Case 3 -
Arrhythmogenic Right Ventricular Dysplasia
with Predominant Left Ventricular Involvement
Allen P. Burke
Armed Forces Institute of Pathology
Click on each slide thumbnail image for an enlarged view
A 35-year old man with a history of palpitations collapsed while playing basketball. There was no
documented history of syncope, and the patient had had no prior cardiac evaluation. There was no family
history of sudden death.
At autopsy, the heart was 300 grams. There was mildly increased epicardial fat. The foramen ovale
was closed. The left ventricular chamber dimensions were normal: the left ventricular cavity diameter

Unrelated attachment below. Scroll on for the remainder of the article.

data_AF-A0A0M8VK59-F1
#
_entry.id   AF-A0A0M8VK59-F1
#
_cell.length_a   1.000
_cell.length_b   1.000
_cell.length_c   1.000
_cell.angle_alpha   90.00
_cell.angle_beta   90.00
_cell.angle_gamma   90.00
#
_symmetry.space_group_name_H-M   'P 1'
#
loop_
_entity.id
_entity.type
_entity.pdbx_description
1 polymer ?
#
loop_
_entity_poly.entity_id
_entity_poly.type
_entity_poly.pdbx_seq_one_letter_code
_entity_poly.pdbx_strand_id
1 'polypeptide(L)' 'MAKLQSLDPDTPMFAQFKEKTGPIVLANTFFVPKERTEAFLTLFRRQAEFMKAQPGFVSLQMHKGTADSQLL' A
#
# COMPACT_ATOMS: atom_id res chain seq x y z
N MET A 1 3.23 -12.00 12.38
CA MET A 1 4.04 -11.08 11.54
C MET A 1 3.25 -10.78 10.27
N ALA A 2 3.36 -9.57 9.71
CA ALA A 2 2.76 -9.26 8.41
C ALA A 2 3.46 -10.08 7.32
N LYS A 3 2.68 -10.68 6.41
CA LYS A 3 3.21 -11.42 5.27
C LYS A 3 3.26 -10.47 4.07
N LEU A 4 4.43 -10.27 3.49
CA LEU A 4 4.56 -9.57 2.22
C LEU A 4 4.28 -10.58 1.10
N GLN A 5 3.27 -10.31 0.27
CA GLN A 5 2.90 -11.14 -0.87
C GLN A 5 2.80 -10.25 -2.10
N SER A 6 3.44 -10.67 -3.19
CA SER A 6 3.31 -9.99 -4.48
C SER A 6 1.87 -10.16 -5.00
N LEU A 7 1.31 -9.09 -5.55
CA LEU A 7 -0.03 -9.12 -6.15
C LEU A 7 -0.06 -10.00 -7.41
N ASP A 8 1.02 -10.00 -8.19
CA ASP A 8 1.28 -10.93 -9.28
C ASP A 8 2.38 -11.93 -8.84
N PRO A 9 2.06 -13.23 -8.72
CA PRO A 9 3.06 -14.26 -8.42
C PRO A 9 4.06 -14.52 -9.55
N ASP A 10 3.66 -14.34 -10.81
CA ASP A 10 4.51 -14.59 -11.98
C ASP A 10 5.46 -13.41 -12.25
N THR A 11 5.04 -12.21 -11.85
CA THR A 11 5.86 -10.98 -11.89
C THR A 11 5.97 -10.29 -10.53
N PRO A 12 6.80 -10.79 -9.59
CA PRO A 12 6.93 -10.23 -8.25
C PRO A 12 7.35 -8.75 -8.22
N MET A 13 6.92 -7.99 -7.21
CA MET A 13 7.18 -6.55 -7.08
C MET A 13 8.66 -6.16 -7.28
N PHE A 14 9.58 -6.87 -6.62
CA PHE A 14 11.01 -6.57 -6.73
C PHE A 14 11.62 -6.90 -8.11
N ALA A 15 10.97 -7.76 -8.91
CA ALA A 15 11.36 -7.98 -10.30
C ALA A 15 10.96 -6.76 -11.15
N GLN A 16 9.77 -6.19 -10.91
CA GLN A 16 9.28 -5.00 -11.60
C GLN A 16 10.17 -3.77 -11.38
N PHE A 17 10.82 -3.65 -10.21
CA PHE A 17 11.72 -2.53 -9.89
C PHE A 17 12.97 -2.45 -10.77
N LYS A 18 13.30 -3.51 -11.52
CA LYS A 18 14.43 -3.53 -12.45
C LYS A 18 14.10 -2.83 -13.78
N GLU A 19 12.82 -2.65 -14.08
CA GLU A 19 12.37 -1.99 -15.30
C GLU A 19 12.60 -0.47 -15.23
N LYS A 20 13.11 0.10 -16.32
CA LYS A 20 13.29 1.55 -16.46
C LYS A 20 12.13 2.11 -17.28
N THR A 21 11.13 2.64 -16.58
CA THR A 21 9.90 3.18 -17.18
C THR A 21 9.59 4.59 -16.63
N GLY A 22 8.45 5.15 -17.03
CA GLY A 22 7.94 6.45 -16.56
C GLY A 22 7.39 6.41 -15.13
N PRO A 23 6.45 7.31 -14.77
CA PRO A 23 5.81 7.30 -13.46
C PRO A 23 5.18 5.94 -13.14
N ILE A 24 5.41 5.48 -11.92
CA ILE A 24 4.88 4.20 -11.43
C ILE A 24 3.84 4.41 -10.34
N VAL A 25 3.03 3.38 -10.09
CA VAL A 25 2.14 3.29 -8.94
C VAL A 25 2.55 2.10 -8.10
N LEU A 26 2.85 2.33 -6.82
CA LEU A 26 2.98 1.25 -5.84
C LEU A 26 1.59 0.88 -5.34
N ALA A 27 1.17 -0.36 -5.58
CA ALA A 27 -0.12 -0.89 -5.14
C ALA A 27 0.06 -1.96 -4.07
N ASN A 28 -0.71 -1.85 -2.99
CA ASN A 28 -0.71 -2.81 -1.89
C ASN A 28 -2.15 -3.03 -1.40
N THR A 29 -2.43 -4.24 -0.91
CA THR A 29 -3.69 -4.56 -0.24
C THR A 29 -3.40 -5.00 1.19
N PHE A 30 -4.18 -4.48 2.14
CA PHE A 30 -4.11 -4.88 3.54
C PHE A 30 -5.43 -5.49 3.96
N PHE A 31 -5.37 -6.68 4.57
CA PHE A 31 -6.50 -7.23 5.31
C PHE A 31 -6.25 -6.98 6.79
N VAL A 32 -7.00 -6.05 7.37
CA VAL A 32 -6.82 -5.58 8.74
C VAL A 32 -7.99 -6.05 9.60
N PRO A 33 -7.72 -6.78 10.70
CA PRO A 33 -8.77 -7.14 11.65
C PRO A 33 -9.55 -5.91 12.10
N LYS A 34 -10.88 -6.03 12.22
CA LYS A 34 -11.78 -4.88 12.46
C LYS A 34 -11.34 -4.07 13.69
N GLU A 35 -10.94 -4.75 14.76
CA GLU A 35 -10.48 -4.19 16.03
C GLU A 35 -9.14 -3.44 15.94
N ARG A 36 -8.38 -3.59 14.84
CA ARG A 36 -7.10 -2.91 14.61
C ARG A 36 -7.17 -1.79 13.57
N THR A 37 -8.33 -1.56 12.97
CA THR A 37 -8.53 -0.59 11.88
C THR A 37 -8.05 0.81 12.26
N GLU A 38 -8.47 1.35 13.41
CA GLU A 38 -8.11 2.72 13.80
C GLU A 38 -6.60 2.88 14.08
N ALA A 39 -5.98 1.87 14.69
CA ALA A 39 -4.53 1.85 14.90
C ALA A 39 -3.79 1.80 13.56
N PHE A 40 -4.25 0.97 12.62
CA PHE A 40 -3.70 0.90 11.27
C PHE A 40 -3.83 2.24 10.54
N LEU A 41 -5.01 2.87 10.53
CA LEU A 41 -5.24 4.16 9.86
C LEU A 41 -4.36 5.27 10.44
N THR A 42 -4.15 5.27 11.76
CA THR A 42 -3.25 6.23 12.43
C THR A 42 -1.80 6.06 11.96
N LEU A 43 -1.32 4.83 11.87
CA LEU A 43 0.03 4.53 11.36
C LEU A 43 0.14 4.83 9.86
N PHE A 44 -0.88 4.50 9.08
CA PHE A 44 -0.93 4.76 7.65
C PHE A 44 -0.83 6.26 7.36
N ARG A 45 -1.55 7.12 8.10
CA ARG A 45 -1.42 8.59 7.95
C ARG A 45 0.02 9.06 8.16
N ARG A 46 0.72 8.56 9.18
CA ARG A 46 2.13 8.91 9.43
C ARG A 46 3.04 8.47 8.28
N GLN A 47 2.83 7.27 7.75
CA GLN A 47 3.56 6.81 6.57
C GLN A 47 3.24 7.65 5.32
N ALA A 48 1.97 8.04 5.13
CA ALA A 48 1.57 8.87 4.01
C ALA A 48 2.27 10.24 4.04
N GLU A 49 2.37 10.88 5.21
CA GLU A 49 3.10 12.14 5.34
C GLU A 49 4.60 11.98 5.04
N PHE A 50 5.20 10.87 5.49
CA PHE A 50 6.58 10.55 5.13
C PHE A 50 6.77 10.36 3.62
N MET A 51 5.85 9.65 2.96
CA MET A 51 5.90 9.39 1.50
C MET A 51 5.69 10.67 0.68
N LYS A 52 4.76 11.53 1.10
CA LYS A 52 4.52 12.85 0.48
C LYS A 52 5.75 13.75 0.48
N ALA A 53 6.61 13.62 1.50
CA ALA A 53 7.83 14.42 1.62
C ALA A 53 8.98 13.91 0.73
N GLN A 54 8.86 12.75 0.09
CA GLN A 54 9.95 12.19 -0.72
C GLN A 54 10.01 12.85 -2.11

was 32 mm, the left ventricular free wall was 11 mm thick, the ventricular septum 10 mm thick. There was
mild dilatation of right atrium and right ventricle, and the right ventricle was 4 mm thick, without
gross scars or abnormal fat infiltrates. The valves and endocardium were grossly unremarkable. There
was circumferential scarring in left ventricle, subepicardial in the free wall, and in the right
ventricular aspect of ventricular septum. A histologic section is provided of the lateral wall of the
Case 3 - Figure 1 - The left ventricle stained with Masson trichrome demonstrates subepicardial scarring and fat.
Case 3 - Figure 2 - A higher magnification of the subepicardial scar of the left ventricle.
Case 3 - Figure 3 - Vacuolated myocytes within fibrosis, typical of ARVD.